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So this movie had a few things working for it in its favor when I popped it in. I was a Smithonite from back in the CLERKS days, long before people decided that it was the cool movie to covet to prove your hipster status. Seeing that not only Smith was in it but that it was written and directed by Jeff Anderson, that glorious BFF of Smith's who pulled off my favorite male character of all time in cinematic history, Randal Graves. I never really thought Anderson could act as much as he managed to deliver the best lines that Smith had written in that monotone that let the words do the talking and not the talking deliver the words. I like that everything that I've seen the man do away from the spotlight is...well, not much. He didn't try to make a break for it and seems rather shy and self-effacing when interviewed. Add Jeremy Sisto to the cast list and I'm on board faster than a European immigrant on the Titanic.

Too bad that the story is one of those tired retreads about love and the difference between men and women. The film starts out at a bachelor party in Las Vegas where a bunch of friends are celebrating the upcoming nuptials of Sisto. We soon discover that his bride-to-be called off the wedding, although we're as unclear to the reason behind the cold feet as Sisto is. Page forward a little to find out that the lovebirds grew up in New Jersey and just went to school in Las Vegas (implausible, much?) and that Miss Anti-Wedding (Rashida Jones, daughter of Quincy Jones and actress Peggy Lipton) is just torn up about the fact that her life-long sweetie no longer brings her flowers. Sisto wanders around the streets of his hometown with his high school buddies (Anderson being one of them, not surprisingly) and Jones goes to the stereotypical tougher-than-nails girlfriend who really just wants a piece of the soft, marshmallowy stuff herself.

It took a LONG time for this movie to wear on me. It looks low budget, it feels low budget and it doesn't contain the low budget charm of other more well known low budget flicks where no one was famous and everyone was trying to make the best movie possible. These are people who could clearly earn a much higher paycheck and are in it for the kicks. Which doesn't play well. I also grew bored with the constant whining about how men and women are really just looking for someone to be with and blah blah blah. In fact, if more people were honest with themselves, they'd realize that they were better off alone. Instead, movies like this get made making them feel guilty about not pairing up like the animals in BAMBI. All of those complaints aside, I can't deny that Anderson still has that monotone charm. Adding the scene in the gay bar where Edie McClurg (best known as the secretary in FERRIS BUELLER'S DAY OFF or from the TV show "Small Wonder") explains what love is was inspired. Add Trevor Fehrman to the mix as the ardently stupid Biscuit and you've got the second generation of Randal, just not as bright and not as clever. Kinda like this movie isn't as bright or clever as another low budget movie that it emulates.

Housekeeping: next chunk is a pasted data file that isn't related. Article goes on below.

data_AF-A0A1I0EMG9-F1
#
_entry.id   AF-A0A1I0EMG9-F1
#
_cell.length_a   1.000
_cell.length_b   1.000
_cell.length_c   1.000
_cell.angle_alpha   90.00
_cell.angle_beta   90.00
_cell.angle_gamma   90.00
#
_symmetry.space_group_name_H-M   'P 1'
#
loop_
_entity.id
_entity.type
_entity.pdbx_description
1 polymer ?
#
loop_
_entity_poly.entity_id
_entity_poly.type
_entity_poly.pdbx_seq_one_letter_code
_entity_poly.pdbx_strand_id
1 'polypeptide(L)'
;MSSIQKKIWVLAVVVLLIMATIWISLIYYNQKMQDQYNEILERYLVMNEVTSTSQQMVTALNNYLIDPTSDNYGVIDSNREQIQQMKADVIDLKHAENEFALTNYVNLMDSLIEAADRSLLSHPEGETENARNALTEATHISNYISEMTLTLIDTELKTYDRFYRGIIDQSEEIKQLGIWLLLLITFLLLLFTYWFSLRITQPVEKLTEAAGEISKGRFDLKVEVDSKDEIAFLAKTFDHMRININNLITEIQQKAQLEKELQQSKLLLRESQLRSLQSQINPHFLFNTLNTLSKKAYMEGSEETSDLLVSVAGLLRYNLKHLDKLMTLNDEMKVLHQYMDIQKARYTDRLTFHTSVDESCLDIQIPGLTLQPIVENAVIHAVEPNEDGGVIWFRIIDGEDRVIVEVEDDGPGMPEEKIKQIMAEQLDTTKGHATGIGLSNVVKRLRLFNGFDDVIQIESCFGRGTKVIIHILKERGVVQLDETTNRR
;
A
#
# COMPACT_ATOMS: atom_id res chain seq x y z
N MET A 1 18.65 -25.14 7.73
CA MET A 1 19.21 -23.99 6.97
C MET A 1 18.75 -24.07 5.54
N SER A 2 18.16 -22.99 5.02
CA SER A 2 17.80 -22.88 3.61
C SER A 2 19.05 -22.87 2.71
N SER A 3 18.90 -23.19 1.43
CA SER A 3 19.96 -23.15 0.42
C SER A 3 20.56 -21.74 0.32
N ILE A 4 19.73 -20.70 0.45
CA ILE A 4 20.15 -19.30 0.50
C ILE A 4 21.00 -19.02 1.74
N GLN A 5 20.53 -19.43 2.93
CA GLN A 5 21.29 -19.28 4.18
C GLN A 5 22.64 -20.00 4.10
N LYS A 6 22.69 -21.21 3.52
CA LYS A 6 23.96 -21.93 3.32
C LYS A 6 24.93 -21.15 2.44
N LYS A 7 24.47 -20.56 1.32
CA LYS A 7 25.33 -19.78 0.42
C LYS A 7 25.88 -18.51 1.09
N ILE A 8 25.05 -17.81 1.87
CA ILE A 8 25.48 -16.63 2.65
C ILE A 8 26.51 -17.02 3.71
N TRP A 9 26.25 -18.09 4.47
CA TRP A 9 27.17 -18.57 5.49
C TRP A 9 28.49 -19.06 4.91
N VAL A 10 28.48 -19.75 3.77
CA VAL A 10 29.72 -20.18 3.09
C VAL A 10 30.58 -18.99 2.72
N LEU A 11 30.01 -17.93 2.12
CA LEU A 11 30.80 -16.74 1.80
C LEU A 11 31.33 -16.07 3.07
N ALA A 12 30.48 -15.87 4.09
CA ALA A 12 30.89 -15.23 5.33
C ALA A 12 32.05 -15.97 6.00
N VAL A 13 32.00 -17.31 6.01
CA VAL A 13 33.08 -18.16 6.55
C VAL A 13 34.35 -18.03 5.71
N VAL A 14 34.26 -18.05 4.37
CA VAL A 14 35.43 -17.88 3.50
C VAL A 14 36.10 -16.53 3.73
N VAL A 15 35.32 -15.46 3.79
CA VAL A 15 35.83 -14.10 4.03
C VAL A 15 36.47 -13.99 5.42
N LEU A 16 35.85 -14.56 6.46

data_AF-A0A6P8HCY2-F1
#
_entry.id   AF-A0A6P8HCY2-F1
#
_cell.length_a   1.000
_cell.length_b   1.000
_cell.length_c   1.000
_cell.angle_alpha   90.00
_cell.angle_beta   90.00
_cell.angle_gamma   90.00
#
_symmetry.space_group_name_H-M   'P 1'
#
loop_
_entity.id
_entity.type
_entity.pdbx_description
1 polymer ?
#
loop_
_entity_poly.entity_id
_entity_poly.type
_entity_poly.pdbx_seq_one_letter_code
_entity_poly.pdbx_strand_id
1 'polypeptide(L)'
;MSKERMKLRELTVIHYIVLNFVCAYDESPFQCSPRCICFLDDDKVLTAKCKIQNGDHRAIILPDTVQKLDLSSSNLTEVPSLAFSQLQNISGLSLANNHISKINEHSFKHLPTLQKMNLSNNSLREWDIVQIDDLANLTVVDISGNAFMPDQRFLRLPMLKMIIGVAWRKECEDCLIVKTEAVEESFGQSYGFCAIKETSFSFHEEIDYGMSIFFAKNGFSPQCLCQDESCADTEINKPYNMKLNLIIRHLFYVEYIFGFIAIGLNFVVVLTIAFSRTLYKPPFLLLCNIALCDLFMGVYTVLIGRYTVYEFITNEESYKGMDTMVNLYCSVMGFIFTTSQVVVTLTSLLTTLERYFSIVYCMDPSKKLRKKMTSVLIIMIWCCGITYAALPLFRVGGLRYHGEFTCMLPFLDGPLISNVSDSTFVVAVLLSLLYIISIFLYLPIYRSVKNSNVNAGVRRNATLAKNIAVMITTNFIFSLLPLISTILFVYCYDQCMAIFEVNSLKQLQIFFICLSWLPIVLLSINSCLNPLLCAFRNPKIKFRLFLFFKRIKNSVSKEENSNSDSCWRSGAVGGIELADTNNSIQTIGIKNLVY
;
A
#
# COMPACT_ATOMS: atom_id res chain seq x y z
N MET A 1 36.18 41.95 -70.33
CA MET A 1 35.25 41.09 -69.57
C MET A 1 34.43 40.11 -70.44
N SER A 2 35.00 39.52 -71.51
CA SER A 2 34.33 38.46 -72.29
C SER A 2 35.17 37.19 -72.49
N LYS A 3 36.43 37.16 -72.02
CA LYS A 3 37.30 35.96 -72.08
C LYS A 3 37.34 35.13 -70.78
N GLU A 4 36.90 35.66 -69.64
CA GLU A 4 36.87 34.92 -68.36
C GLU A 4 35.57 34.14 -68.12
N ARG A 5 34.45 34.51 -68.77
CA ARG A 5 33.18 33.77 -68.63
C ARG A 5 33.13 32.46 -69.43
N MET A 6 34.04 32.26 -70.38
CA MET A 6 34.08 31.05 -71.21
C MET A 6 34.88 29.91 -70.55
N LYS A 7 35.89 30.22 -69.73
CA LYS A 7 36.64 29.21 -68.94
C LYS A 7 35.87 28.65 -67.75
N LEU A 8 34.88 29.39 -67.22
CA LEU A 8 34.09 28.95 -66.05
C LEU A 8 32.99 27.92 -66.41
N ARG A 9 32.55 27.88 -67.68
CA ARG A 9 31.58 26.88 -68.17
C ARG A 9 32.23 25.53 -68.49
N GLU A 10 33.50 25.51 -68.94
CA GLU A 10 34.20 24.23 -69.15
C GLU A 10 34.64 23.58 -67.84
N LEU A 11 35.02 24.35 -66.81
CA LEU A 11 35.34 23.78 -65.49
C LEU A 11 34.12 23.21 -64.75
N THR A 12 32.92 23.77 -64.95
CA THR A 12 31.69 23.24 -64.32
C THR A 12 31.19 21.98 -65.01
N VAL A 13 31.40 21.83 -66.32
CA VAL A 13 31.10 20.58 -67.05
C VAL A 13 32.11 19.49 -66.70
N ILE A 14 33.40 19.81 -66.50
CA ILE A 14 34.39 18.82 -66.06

Favorite Scene:

The chick at the bar (Paget Brewster, whose first role was as the girl that Joey is dating on "Friends" and Chandler steals her away by giving her a copy of The Velveteen Rabbit) and her reintroduction to alcohol.

Favorite Line:

Not so much a line as it was a name, "Jam Hands" applied to the 13 year old younger brother of the female lead in reference to his manual extracurricular activities.

Trivia Tidbit:

Actor Trevor Fehrman (seen here in the role of Biscuit and as Elias in CLERKS 2) was considered to play a teenaged Bruce Wayne in a television show regarding the younger years of Batman. The studio decided to scrap that idea and run with an origin movie better known as BATMAN BEGINS. However, one of the ideas discussed for the Batman TV show was Bruce running into some geeky kid from a place called Smallville. I wonder what happened to that part of the idea? (Someone give me my approved geek badge now.)

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I can never eat chips with salsa like a normal human being. I salsa shark them, I Randal out the door of every 7-11 that I visit and I've sucked more than 37 dicks. Actually, I'm uncertain. I lost count somewhere in 1994.